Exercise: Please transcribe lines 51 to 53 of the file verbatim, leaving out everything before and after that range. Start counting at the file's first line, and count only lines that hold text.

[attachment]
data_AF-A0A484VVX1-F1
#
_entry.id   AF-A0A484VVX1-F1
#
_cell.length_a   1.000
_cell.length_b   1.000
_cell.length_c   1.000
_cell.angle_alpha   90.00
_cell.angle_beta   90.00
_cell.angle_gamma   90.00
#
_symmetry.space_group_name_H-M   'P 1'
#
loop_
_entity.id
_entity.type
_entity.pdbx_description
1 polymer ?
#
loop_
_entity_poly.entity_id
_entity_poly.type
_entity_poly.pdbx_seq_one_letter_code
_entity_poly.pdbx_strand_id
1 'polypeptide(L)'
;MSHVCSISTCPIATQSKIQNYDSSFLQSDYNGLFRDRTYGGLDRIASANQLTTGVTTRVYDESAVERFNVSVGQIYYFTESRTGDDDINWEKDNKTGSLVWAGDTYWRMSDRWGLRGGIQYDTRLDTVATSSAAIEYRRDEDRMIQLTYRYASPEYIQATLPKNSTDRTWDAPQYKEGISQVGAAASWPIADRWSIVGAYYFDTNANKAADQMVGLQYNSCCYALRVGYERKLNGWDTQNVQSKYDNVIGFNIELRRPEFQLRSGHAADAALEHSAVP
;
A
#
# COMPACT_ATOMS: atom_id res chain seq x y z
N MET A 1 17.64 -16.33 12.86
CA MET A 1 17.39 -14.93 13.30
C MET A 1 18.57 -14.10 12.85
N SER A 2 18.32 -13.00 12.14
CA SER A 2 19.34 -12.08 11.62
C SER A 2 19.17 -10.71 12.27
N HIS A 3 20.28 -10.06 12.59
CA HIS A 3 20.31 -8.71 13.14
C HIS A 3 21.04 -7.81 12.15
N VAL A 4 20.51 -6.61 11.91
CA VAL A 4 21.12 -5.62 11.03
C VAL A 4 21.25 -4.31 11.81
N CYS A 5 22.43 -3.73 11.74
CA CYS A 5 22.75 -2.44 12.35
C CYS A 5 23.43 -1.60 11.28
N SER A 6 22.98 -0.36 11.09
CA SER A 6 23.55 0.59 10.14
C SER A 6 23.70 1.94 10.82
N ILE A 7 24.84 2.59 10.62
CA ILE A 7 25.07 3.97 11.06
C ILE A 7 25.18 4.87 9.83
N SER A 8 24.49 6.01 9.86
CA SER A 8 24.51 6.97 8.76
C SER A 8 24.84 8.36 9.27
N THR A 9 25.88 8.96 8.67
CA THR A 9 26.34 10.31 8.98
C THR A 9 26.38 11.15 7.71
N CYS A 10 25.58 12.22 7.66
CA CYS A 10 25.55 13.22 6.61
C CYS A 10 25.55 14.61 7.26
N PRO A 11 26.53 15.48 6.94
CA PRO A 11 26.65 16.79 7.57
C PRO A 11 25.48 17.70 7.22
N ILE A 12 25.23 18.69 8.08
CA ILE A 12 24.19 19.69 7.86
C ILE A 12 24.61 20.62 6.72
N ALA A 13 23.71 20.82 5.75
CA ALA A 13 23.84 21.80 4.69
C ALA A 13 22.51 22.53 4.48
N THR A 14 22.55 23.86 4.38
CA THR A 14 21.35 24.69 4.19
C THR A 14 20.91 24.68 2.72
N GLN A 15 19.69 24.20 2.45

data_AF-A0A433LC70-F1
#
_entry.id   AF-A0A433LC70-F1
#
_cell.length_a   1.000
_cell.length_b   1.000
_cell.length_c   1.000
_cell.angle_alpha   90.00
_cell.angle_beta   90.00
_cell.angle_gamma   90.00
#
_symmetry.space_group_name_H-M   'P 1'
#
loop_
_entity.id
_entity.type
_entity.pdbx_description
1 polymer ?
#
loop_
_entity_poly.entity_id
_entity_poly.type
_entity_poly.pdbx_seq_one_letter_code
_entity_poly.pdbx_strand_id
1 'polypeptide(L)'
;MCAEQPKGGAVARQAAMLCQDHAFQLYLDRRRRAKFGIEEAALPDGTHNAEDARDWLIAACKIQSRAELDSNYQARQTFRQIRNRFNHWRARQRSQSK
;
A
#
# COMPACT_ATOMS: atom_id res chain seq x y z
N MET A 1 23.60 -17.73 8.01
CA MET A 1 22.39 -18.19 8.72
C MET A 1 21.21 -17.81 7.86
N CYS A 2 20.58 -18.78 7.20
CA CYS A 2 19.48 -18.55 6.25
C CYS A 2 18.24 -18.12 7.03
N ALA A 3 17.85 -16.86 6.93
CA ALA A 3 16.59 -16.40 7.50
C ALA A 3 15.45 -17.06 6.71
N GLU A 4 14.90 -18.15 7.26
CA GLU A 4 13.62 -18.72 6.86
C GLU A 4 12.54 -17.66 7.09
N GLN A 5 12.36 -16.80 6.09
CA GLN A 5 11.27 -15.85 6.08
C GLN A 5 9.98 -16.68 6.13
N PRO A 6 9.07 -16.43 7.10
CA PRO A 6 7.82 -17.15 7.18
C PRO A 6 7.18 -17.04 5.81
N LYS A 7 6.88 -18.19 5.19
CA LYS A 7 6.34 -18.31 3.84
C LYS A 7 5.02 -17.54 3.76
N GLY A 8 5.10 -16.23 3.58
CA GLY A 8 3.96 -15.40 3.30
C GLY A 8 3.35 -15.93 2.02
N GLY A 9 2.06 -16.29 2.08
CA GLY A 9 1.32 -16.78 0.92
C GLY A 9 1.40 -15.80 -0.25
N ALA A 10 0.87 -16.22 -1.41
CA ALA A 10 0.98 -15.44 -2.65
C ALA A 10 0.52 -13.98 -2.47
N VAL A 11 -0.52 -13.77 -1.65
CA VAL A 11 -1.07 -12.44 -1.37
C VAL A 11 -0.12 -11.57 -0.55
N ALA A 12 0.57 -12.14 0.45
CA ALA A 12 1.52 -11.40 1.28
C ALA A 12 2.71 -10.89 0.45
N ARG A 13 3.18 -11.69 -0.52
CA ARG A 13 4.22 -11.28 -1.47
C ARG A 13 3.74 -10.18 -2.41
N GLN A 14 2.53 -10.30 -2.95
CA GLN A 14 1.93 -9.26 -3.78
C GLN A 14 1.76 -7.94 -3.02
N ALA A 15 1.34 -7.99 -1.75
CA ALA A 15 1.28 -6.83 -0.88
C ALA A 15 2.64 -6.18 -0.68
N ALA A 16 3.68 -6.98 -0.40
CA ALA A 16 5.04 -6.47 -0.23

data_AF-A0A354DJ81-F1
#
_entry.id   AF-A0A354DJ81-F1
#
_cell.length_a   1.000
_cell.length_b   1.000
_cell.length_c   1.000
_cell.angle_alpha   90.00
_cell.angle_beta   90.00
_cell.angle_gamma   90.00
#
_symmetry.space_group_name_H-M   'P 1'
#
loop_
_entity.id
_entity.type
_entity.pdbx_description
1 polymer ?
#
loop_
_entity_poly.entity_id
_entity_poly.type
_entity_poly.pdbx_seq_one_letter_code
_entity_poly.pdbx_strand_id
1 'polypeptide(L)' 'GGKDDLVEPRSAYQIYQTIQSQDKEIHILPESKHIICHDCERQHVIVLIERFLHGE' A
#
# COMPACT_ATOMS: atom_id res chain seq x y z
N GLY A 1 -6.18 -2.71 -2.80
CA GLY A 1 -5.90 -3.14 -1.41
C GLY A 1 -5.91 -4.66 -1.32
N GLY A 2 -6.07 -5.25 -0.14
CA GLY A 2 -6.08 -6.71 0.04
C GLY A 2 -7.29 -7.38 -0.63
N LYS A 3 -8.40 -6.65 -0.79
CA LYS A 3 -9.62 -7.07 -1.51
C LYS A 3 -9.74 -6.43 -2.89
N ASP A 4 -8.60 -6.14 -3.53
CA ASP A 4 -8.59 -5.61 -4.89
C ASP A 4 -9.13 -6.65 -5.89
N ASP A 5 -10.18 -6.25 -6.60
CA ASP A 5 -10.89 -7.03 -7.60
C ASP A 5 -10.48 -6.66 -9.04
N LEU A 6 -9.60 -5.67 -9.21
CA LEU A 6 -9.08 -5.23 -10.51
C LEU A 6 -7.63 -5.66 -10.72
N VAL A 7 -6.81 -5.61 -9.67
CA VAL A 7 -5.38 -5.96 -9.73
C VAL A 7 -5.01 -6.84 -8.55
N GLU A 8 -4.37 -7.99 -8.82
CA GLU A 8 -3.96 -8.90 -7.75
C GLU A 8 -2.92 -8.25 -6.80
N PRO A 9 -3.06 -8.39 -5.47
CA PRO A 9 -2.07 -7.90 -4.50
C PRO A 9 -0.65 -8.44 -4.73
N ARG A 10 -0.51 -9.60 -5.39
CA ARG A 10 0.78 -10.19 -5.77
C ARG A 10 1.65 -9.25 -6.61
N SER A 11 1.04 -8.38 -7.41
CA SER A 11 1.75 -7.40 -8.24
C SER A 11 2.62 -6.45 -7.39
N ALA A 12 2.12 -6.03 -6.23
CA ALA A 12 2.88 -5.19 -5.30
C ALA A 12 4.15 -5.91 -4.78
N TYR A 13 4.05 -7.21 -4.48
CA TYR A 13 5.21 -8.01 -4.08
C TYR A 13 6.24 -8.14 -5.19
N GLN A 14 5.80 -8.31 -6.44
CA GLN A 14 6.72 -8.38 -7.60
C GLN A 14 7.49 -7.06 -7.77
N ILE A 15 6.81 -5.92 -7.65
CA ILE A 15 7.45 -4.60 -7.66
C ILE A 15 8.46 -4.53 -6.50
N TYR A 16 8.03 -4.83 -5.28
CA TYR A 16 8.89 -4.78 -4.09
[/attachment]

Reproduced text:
C ILE A 7 25.18 4.87 9.83
N SER A 8 24.49 6.01 9.86
CA SER A 8 24.51 6.97 8.76